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If you want to know what a band on top of the world looks like, check in on Led Zeppelin circa 1975. In March, the band released Physical Graffiti on its own label, Swan Song. And within two weeks, the double album hit No. 1, bringing all five previous Zeppelin albums back onto the charts with it.

But the members of the Zep didn’t plan to rest on their laurels. In June, Robert Plant and Jimmy Page met up in Morocco with plans to record local musicians. After that adventure, they caught up with John Paul Jones and John Bonham to begin a year of “tax exile” in Montreux, Switzerland.

In July, Jones got an invite to play bass for Etta James (1938-2012), the powerhouse singer playing that summer’s Montreux Jazz Festival. While Jones had played with just about everyone (James included) in his pre-Zeppelin days, he still might have not been prepared for James’ treatment of “I’d Rather Go Blind” that night in Montreux.

John Paul Jones played with Etta James at the Montreux Jazz Festival during Led Zeppelin’s tax exile year

Etta James performing at the 1975 Montreux Jazz Festival | Andrew Putler/Redferns

By 1975, Etta James was in her third decade in show business. She’d performed with Elvis Presley in the ’50s; recorded signature tracks “At Last” and “A Sunday Kind of Love” in the ’60s; and kept recording and performing into the ’70s.

As a performer, she could command an audience on a level few have ever matched. In ’75 at Montreux, when she took up “I’d Rather Go Blind” (which she co-wrote the previous decade), James came close to leaving the stage a pile of burnt embers.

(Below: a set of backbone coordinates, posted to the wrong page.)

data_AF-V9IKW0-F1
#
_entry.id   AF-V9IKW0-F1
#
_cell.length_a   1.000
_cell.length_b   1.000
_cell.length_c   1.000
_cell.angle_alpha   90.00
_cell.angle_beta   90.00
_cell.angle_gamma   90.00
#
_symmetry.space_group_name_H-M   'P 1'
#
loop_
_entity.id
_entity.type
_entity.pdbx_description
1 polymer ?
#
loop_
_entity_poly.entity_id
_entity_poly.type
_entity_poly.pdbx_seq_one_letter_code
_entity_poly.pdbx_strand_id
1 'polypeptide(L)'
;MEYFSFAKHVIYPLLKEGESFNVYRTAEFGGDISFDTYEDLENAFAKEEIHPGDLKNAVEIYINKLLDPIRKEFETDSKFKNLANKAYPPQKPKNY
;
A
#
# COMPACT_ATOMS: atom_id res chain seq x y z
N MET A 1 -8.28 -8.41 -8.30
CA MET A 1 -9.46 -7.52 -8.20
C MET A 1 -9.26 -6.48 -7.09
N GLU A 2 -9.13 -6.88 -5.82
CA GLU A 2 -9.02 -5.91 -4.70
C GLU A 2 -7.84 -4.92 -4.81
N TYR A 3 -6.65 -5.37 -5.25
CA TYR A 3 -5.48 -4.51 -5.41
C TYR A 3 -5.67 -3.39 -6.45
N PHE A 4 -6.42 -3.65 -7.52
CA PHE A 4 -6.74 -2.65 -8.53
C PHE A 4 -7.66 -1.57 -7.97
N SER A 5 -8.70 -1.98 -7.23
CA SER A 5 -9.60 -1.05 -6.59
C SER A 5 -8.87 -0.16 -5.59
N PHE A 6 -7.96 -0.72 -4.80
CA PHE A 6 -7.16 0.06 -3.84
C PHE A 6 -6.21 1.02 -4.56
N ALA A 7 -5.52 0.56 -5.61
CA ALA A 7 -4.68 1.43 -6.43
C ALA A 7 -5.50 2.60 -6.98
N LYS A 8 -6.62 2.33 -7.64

Right from the start, you can see what a force of nature James was. At various points, she lets her massive voice carry through the hushed room without the use of a microphone. All the while, she plays with the crowd and wails the song’s sad, defiant story.

James had a heck of a band backing her that night in Montreux, and she makes full use of it over the eight minutes of “I’d Rather Go Blind.” It’s something you have to hear (and see) to believe. Jones has plenty of moments on bass.

Brian Ray of Paul McCartney’s band was James’ musical director during the Montreux period

Etta JAMES at Montreux, 1975 | Andrew Putler/Redferns

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John Paul Jones wasn’t the only brand name in rock on the stage that night in Montreux. Brian Ray, who started playing guitar in Paul McCartney’s band in 2002, was serving as James’ musical director at the time Jones sat in with the band.

Ray, who was just getting his start in the business, couldn’t believe he had the chance to meet and play with Jones that night in Montreux. “Me, skinny little 19-year-old kid with blond hair halfway down my back was the bandleader, teaching Zep’s bassist Etta’s songs,” Ray recalled (via the Led Zeppelin website).

Ray also had the chance to meet Page and Plant after the show. “Page pulled me aside and asked to play my ’57 Les Paul, and told me he thought he had met me in a past life [wow!!],” Ray recalled. “Then they invited me to dinner — Racqlette in a chalet in the Alps — with Led friggin’ Zep!!” It was a magical night all around.